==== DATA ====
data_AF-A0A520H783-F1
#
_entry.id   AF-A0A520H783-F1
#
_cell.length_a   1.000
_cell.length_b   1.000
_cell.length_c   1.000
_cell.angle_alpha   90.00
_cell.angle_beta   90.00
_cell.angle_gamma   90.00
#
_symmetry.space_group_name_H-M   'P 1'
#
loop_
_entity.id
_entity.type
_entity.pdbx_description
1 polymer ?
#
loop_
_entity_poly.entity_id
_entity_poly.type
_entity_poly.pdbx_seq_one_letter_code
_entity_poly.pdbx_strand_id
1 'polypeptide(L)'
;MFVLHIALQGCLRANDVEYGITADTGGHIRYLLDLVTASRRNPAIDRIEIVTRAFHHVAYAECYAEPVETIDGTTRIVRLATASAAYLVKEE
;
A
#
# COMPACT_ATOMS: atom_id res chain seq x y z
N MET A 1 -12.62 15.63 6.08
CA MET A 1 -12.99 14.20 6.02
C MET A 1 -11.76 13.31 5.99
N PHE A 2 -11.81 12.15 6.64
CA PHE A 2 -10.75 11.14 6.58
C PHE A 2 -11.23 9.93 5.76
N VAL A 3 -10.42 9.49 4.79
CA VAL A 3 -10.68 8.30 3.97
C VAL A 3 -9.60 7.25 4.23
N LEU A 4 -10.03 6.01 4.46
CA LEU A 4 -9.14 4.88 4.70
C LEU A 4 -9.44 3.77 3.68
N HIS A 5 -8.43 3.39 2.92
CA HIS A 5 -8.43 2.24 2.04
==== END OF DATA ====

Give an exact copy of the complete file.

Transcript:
data_AF-A0A520H783-F1
#
_entry.id   AF-A0A520H783-F1
#
_cell.length_a   1.000
_cell.length_b   1.000
_cell.length_c   1.000
_cell.angle_alpha   90.00
_cell.angle_beta   90.00
_cell.angle_gamma   90.00
#
_symmetry.space_group_name_H-M   'P 1'
#
loop_
_entity.id
_entity.type
_entity.pdbx_description
1 polymer ?
#
loop_
_entity_poly.entity_id
_entity_poly.type
_entity_poly.pdbx_seq_one_letter_code
_entity_poly.pdbx_strand_id
1 'polypeptide(L)'
;MFVLHIALQGCLRANDVEYGITADTGGHIRYLLDLVTASRRNPAIDRIEIVTRAFHHVAYAECYAEPVETIDGTTRIVRLATASAAYLVKEE
;
A
#
# COMPACT_ATOMS: atom_id res chain seq x y z
N MET A 1 -12.62 15.63 6.08
CA MET A 1 -12.99 14.20 6.02
C MET A 1 -11.76 13.31 5.99
N PHE A 2 -11.81 12.15 6.64
CA PHE A 2 -10.75 11.14 6.58
C PHE A 2 -11.23 9.93 5.76
N VAL A 3 -10.42 9.49 4.79
CA VAL A 3 -10.68 8.30 3.97
C VAL A 3 -9.60 7.25 4.23
N LEU A 4 -10.03 6.01 4.46
CA LEU A 4 -9.14 4.88 4.70
C LEU A 4 -9.44 3.77 3.68
N HIS A 5 -8.43 3.39 2.92
CA HIS A 5 -8.43 2.24 2.04